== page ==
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SAT, ACT, and SAT Subject Test Preparation Tips

How to Easily Increase Your Test Score

We believe you will find the following tips and advice helpful in your SAT and ACT preparations. Unfortunately, providing a full-scale test prep service is beyond the scope of this website. However, we do have room to provide information that can improve your test performance. We believe that, despite the official statements from the test writers, you can improve your SAT/ACT score dramatically by simply spending some time becoming "streetwise" about the exam. Quite simply, this is the easiest step you can take to prepare yourself for either test, and should not be ignored under any circumstances.

See the following links for:

SAT Reasoning Test book reviews
ACT book reviews
SAT Subject Test book reviews

Keep in mind that the SAT and ACT are games. Just as in playing chess, baseball, tennis, or any other game or sport, those who know how the game is played have a huge advantage over those who are ignorant of the game's idiosyncratic rules.

How to Manage Your Time Wisely

Take realistic practice tests

The most effective way to develop your time management skills is to put them to work through practice tests and simulations. It is impossible to over-emphasize the importance of this point. Therefore you are strongly encouraged to take at least a few mock SAT/ACT exams, and to try to simulate the actual testing environment as closely as possible (meaning no breaks, snacks, music, phone calls, etc.). You should secure a copy of either The Official SAT Study Guide 2nd Edition or of The Real ACT Prep Guide (CD) 3rd Edition, as these books use actual test questions from prior exams. Their practice material and tests will most closely simulate the types of questions you will see when you sit for the exam.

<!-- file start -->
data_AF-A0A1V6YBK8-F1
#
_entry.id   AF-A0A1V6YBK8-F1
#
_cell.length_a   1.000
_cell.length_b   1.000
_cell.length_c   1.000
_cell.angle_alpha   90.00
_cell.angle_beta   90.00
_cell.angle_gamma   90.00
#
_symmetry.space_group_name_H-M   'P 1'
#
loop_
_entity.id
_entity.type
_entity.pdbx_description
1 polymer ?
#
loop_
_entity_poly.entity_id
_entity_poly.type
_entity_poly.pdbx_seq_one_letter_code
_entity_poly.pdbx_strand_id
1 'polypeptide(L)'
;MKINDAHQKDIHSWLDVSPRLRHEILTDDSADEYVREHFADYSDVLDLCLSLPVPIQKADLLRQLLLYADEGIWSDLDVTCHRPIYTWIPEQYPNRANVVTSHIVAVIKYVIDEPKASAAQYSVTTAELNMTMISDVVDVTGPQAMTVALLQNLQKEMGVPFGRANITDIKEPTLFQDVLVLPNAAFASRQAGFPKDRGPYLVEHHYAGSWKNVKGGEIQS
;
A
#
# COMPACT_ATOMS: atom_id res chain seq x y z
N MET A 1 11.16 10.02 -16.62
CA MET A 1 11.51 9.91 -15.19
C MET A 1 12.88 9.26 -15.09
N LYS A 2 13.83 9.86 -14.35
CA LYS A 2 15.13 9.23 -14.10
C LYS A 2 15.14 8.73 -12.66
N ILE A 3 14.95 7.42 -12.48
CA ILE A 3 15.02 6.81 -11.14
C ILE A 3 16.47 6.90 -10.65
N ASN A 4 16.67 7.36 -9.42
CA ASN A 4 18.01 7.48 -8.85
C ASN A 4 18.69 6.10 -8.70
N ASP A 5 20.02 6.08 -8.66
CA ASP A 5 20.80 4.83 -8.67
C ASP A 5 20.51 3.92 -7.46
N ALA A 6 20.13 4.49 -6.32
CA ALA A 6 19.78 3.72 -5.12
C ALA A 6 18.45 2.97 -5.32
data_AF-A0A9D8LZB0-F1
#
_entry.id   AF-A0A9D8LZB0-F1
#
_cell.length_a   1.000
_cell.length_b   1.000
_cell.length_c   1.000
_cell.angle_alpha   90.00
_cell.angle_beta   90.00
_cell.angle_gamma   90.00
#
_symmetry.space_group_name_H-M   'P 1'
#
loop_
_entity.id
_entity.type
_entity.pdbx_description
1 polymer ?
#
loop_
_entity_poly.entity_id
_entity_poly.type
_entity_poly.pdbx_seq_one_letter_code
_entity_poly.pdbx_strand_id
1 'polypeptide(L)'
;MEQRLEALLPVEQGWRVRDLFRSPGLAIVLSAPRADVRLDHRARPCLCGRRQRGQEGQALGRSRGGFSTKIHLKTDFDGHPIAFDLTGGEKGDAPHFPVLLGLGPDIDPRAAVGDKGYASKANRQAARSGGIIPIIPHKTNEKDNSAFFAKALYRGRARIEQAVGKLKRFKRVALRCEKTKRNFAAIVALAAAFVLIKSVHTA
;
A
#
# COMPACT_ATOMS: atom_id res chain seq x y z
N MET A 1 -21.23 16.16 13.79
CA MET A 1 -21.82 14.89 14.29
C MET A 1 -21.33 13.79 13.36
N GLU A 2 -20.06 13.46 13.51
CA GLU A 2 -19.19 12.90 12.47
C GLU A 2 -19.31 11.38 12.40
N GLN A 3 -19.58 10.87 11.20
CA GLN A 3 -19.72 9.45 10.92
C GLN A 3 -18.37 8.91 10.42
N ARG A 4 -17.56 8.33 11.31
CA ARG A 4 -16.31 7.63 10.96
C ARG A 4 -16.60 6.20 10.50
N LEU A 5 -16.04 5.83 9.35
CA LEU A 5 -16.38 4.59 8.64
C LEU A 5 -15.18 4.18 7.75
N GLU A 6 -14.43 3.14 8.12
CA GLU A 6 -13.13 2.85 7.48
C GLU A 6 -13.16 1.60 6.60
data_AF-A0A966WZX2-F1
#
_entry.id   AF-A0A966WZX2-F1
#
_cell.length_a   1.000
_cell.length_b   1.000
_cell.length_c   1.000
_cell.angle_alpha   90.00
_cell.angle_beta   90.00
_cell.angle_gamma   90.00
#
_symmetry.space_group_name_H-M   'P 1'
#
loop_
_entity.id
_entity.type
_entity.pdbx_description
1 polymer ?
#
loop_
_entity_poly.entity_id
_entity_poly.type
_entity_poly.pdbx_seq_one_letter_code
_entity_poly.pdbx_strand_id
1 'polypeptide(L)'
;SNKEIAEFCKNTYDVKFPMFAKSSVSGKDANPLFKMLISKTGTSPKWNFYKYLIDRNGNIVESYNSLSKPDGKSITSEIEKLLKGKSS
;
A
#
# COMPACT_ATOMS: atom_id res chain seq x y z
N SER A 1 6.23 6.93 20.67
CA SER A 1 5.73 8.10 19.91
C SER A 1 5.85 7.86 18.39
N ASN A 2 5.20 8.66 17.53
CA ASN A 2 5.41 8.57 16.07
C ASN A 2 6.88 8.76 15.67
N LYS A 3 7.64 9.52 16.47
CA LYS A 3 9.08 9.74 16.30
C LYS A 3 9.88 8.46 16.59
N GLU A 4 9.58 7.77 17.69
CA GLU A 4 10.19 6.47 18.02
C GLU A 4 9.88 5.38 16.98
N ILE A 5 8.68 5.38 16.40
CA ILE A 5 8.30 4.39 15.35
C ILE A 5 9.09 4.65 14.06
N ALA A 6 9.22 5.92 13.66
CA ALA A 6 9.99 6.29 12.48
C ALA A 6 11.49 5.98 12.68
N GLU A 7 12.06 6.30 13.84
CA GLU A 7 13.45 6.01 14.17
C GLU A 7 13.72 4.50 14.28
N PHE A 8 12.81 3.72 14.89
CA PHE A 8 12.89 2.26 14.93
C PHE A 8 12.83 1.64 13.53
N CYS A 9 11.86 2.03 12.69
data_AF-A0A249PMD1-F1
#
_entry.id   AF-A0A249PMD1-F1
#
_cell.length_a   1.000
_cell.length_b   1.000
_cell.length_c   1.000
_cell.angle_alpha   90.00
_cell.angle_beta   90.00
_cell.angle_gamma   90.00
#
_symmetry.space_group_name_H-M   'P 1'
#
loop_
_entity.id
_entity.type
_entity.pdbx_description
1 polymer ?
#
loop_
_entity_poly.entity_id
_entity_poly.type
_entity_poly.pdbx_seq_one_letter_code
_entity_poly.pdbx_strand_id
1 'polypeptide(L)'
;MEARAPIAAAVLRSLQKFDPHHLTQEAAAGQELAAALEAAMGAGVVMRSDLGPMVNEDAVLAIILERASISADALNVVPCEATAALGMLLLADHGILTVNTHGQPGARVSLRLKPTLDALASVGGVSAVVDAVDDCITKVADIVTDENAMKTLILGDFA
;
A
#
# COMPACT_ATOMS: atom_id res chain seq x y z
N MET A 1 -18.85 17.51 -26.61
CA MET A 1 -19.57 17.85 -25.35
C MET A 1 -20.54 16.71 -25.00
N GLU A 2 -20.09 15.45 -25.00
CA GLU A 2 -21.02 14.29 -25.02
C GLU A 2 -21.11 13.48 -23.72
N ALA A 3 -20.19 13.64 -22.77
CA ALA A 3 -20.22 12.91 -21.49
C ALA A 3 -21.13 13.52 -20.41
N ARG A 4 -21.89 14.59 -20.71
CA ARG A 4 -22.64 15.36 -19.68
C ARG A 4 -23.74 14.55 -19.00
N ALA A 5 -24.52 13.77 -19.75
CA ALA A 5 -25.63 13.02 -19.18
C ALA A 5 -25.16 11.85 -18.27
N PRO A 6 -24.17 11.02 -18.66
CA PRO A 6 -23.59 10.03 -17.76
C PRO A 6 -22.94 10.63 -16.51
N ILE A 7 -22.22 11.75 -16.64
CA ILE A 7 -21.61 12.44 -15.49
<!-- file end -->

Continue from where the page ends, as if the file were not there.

Recognize the ascending order of difficulty

SAT and ACT math questions become more difficult as you go through each section. If you are nearing the end of a section and find that you cannot figure out the last few questions, don't waste your time trying to answer them. Your time will be better spent reviewing your answers to the questions in the beginning and middle of the section. Keep in mind that all the questions are weighted the same. You won't get extra points for answering the hardest questions. Furthermore, a few blank answers will not make a material impact on your score.

Don't waste time

This probably sounds like self-evident advice. However, we mention it because we've often had clients tell us how they inadvertently wound up wasting precious test time by going back to re-read directions after the test had begun, or by not making it back from their hourly breaks promptly. Remember, these activities will take time away from working on the questions.

Read the questions carefully

As silly as this piece of advice may seem, it can make a big difference in your test score. The undisciplined test taker will feel the stress of the clock during the timed sections and will try to cut corners to save time however and whenever possible. As a result, they read questions hastily and often misinterpret them. Test writers are well aware of this tendency and are happy to exploit it. We guarantee that you will encounter questions on the test that offer incorrect answer choices that are deliberately designed to exploit a common misinterpretation of what the question is really asking.